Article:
Rabbit baiting program to be trialled

The City of Greater Geelong is rolling out a trial of its new pindone baiting program across the region, in a bid to reduce a record number of rabbits currently damaging environmentally sensitive habitats and recreational areas at six City managed reserves.

Recent inspections at various nature reserves and community parks found very high rabbit populations as well as a high number of rabbit warrens.

As a result, the City is implementing a pindone baiting program at the following locations:

• Mount Brandon Peninsula (Barwon & Moorabool River Reserve), Highton

• Waurn Ponds Creek (between Rossack Drive to Pioneers Road), Grovedale

• Drysdale Pony Club, Reserve Road, Drysdale

• Lara Recreation Reserve, Alkara Avenue, Lara

• Haines Reserve, Wilks Street, Hamlyn Heights

• Hovell’s Creek (Windermere Road to Forest Road North), Lara.

The trial of the City’s new pindone baiting program will incorporate best practice risk mitigation processes, including detailed site planning and preparation for each location.

Extensive efforts will be taken at each site to reduce the risk of other animals or humans coming into contact with pindone, which will be laid in the form of baited carrots or oats. This includes stringent baiting methods, installing temporary fencing, closing public access to some sections of the reserves and extensive signage around the baiting areas. Installation of the temporary fencing has commenced, however baiting will not start until all signs are in place.

Pindone will be laid by contractors in the evening. Any leftover bait or deceased rabbits will be collected early the following morning.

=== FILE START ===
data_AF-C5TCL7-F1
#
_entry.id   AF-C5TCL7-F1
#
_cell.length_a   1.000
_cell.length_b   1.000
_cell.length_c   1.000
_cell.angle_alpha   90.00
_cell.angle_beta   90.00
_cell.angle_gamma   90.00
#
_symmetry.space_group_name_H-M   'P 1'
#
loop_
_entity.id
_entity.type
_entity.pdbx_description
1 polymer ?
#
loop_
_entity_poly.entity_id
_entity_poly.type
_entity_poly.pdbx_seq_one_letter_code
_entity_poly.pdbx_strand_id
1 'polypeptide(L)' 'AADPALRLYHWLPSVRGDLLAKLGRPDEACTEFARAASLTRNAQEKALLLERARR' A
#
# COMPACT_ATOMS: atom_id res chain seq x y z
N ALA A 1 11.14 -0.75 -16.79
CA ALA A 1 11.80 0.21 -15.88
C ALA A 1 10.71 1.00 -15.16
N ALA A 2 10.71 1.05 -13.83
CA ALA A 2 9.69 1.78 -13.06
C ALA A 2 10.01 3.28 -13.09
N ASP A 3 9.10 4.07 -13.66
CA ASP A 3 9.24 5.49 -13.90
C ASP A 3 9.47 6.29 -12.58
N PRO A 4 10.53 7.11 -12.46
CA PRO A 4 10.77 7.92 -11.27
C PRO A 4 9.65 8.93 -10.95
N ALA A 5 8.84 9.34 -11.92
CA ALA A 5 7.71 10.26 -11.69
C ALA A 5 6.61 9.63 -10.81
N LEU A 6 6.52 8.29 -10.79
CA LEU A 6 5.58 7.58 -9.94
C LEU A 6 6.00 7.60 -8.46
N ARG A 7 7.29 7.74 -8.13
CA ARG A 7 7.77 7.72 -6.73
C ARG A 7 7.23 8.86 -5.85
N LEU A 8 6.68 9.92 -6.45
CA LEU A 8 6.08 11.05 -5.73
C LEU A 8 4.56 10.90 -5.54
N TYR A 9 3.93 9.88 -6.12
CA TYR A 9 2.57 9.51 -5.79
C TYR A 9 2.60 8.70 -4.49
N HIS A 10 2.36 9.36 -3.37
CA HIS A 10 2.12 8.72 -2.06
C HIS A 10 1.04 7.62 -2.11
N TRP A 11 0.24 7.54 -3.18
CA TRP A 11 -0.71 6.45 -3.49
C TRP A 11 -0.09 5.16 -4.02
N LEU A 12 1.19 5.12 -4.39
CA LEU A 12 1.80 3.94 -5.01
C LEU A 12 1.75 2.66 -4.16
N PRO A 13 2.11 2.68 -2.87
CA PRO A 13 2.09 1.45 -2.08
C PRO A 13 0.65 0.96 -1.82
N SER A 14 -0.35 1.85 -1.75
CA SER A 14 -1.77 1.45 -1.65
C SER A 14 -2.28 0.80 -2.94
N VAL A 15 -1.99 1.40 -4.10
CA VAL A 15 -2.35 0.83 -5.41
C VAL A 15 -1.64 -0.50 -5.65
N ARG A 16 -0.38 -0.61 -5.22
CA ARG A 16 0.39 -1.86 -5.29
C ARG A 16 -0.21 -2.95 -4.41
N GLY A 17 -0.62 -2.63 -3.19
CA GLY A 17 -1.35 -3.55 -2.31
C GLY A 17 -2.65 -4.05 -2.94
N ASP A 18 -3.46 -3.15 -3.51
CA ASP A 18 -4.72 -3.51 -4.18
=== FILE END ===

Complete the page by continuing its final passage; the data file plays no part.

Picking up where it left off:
City Officers are currently finalising the start date of the baiting program with Department of Jobs, Precincts and Regions approved pest controllers. Temporary fencing and signage will remain on site for approximately three weeks from the first night of baiting.

Neighbours of the reserves being baited have been notified of the planned trial. Any community members walking near the areas closed for baiting are advised to keep their dogs on leash.

The baiting program is expected to significantly reduce rabbit numbers in areas where the population of rabbits are damaging sporting fields and significant environmental assets.

Rabbits are Australia’s most serious pest herbivore, with one rabbit per hectare enough to stop the growth and regeneration of indigenous plants.

Rabbits cause up to $600 million worth of damage to Australian farms each year. They also cause significant erosion by digging and grazing plants to very low levels and they spread weed species.

The pindone baiting program will form part of the City’s integrated rabbit control plan, which will also include targeted warren modification, fumigation and biocontrol releases such as the calicivirus.

Director City Services Guy Wilson-Browne:

Our officers receive many phone calls from local residents concerned about the growing population of rabbits and the damage they are causing to public reserves.

As a result we are taking action using best practice pest control methods in accordance with Agriculture Victoria recommendations.

The pindone baiting program is an important element of our overarching rabbit management program. The City is currently developing a draft Rabbit Management Policy and Rabbit Control Plan which with guide how the City controls rabbit populations in the future.

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